Back in 1994, journalist Mark Simpson coined the term “metrosexual” as a way to describe a metropolitan man of any sexual orientation who puts significant value in his appearance and cares deeply about spending money on clothes, accessories, and beauty products. The word, which Simpson first used in an article for The Independent, didn’t really take off until 2002; once it did, metrosexual men everywhere suddenly found a single term that encapsulated their modern identities. Now, 20 years after first coining the term, Simpson himself has pronounced the metrosexual man all but dead and has declared the metaphorical birth of a new type of man – the spornosexual.
The rise of the so-called spornosexual is reopening a dialogue about the ways that average men and women respond to pressures of appearance. In this article, several voices weigh in on the topic, from a psychotherapist at the NY Daily News to a male enhancement product user who claims his use of Rexavar is tied to spornosexual image-building.
What’s the difference between a metrosexual and a spornosexual man? As Simpson explains, one of the key disparities is the spornosexual’s love for his own body rather than the clothing he puts on it.
“With their painstakingly pumped and chiselled bodies, muscle-enhancing tattoos, piercings, adorable beards, and plunging necklines it’s eye-catchingly clear that second-generation metrosexuality is less about clothes than it was for the first,” writes Simpson for The Telegraph. “Eagerly self-objectifying, second generation metrosexuality is totally tarty. Their own bodies [more than clobber and product] have become the ultimate accessories, fashioning them at the gym into a hot commodity – one that they share and compare in an online marketplace.”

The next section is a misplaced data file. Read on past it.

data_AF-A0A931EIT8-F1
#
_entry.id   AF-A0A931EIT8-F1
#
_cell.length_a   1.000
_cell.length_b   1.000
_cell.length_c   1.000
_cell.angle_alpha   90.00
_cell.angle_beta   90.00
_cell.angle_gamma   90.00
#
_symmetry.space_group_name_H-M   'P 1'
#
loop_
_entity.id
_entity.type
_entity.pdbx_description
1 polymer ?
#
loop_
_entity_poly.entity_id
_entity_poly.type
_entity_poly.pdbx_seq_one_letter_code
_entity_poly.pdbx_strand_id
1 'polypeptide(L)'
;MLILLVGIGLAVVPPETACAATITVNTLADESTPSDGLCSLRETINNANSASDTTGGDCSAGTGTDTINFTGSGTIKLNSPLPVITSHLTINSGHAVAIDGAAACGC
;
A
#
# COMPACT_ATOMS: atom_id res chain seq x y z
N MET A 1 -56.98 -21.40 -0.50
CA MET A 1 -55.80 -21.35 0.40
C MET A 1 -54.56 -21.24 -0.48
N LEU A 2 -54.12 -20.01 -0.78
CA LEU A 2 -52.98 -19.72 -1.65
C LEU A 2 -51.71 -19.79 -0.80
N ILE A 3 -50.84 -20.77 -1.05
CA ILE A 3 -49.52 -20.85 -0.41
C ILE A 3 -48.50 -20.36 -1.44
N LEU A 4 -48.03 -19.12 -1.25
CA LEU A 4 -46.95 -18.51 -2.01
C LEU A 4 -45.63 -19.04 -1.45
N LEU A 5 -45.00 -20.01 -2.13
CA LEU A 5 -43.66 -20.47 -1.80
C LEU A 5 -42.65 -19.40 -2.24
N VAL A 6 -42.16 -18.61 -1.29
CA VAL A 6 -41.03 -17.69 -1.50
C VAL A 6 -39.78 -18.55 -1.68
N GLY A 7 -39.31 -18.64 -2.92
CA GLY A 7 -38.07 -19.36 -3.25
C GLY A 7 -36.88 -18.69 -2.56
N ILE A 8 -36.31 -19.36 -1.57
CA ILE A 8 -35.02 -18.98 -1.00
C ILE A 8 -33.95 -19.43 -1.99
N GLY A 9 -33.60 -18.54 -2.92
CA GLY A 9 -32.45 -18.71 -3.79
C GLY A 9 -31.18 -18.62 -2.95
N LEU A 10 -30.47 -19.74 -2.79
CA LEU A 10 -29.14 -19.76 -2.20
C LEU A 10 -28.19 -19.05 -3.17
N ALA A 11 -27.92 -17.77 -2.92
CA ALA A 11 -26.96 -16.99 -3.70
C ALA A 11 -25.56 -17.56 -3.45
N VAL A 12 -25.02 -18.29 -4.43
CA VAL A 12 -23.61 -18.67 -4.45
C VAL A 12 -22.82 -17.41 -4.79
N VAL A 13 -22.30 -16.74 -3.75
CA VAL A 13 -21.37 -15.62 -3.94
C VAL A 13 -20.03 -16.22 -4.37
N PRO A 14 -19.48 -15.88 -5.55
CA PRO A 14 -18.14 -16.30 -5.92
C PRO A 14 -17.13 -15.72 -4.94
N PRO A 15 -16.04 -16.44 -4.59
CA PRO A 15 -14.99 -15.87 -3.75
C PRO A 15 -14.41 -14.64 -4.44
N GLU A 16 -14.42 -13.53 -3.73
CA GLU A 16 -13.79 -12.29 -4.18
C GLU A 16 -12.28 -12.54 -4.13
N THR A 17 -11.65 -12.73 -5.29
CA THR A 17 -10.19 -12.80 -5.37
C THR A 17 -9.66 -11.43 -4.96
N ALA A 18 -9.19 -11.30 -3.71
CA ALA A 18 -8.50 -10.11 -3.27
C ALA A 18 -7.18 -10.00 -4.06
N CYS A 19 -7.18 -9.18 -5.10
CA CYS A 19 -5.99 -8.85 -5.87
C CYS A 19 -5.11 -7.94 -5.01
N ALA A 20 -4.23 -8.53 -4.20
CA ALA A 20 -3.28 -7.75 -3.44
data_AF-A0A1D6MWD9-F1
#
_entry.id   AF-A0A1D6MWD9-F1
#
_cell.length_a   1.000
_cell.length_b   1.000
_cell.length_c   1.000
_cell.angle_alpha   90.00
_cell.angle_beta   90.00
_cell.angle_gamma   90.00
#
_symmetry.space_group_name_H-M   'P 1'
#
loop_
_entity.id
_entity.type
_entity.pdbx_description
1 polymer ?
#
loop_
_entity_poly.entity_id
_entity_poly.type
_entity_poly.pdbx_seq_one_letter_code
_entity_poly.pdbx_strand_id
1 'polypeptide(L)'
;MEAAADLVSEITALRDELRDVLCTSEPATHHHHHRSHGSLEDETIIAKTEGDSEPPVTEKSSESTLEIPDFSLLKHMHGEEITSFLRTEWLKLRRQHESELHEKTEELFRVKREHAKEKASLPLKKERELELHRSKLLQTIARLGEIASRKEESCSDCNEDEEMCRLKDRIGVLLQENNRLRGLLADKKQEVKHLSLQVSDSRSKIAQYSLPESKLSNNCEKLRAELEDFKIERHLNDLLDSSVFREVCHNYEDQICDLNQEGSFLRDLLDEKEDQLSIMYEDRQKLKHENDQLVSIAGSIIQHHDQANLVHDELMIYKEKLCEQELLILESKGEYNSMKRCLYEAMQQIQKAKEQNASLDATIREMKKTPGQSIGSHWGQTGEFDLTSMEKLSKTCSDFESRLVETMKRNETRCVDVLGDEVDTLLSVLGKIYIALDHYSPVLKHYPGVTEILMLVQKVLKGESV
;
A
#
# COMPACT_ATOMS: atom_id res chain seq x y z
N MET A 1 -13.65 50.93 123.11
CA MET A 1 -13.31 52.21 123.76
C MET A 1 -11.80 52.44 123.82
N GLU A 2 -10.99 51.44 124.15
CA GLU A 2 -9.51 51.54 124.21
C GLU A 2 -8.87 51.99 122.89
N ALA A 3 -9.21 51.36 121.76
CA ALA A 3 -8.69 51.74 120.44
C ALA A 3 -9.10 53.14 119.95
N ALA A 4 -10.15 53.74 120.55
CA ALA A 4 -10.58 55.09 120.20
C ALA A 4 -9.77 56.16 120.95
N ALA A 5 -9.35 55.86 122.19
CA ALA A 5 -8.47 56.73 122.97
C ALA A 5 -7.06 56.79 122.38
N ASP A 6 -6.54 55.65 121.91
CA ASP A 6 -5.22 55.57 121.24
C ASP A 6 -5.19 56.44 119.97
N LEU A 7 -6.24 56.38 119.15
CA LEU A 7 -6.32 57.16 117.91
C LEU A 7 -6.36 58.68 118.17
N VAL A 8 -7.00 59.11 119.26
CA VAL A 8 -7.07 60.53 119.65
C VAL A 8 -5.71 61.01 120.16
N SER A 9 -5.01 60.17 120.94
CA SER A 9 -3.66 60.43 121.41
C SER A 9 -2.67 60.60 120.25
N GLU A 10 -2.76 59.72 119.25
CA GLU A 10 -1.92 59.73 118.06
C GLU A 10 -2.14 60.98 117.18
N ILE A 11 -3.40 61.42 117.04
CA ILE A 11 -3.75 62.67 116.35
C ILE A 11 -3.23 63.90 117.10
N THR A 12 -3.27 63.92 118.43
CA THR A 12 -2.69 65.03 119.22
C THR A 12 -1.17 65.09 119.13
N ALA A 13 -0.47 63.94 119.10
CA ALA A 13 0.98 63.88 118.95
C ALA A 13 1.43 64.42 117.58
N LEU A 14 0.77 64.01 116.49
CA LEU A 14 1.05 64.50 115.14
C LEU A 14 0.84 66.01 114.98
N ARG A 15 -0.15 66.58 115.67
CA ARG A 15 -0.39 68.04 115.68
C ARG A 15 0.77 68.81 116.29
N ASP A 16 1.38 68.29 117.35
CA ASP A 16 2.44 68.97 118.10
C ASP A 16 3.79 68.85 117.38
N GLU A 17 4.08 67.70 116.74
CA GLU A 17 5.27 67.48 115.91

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“It's hard to say if 'spornosexuality' is a product of a body-obsessed culture that idolizes sports figures, or backlash against an increasingly egalitarian culture with less pronounced role definition between the genders,” said Schneiderman.
Whatever the psychosis may be, Simpson’s new term hits the nail on the head. It’s abundantly clear that in the age of selfies and Internet porn, men are becoming more concerned with their bodies and less concerned with the designer they’re wearing.
“Glossy magazines cultivated early metrosexuality. Celebrity culture then sent it into orbit,” Simpson writes. “But for today’s generation, social media, selfies, and porn are the major vectors of the male desire to be desired. They want to be wanted for their bodies, not their wardrobe. And certainly not their minds.”
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Spornosexuality is definitely rampant on social media, but it’s arguably most prominent in today’s pornography. As the world becomes more technologically advanced and more people make their mark and build an identity online, the number of people watching pornography online is increasing drastically.
A 2013 infographic from porn site Paint Bottle notes that 70 percent of men regularly watch porn, compared to 30 percent of women, and popular porn site YouPorn.com uses six times the Internet bandwidth that entertainment-streaming site Hulu.com does.
It’s safe to say that the majority of male porn stars are in excellent physical condition, and as Six Time AVN Award Winning Adult Actor and self-admitted spornosexual Tommy Gunn says, taking care of his body, especially through the use of penis enhancement, is of the upmost importance.
“As someone who embraces being a spornosexual and as someone who has built a career around my physical appearance I put a huge amount of effort into making my body into the best physical specimen it can be,” says Gunn. “To gain muscle and take care of them I exercise religiously, take muscle building supplements, and eat right. Likewise, to get bigger and take care of my penis, I take Rexavar and use a regimen of skin creams to keep it looking perfect for that next close up shot.”
So while men around the world are beginning to come out of the spornosexual closet, veteran metrosexuals are likely grappling with how society sees them and where they fit in a world full of labels. Is spornosexuality a problem spawned by celebrity culture, like Simpson suggests? Or is it simply an opportunity for enhancement products (like Rexavar) to help self-confessed spornosexuals help themselves? As 2014 has been dubbed the “Year of the Selfie” thanks to the 1 million plus selfies taken every day, spornosexuals everywhere are undoubtedly basking in their newfound glory and continuing to take the pursuit of physical perfection to a whole new level.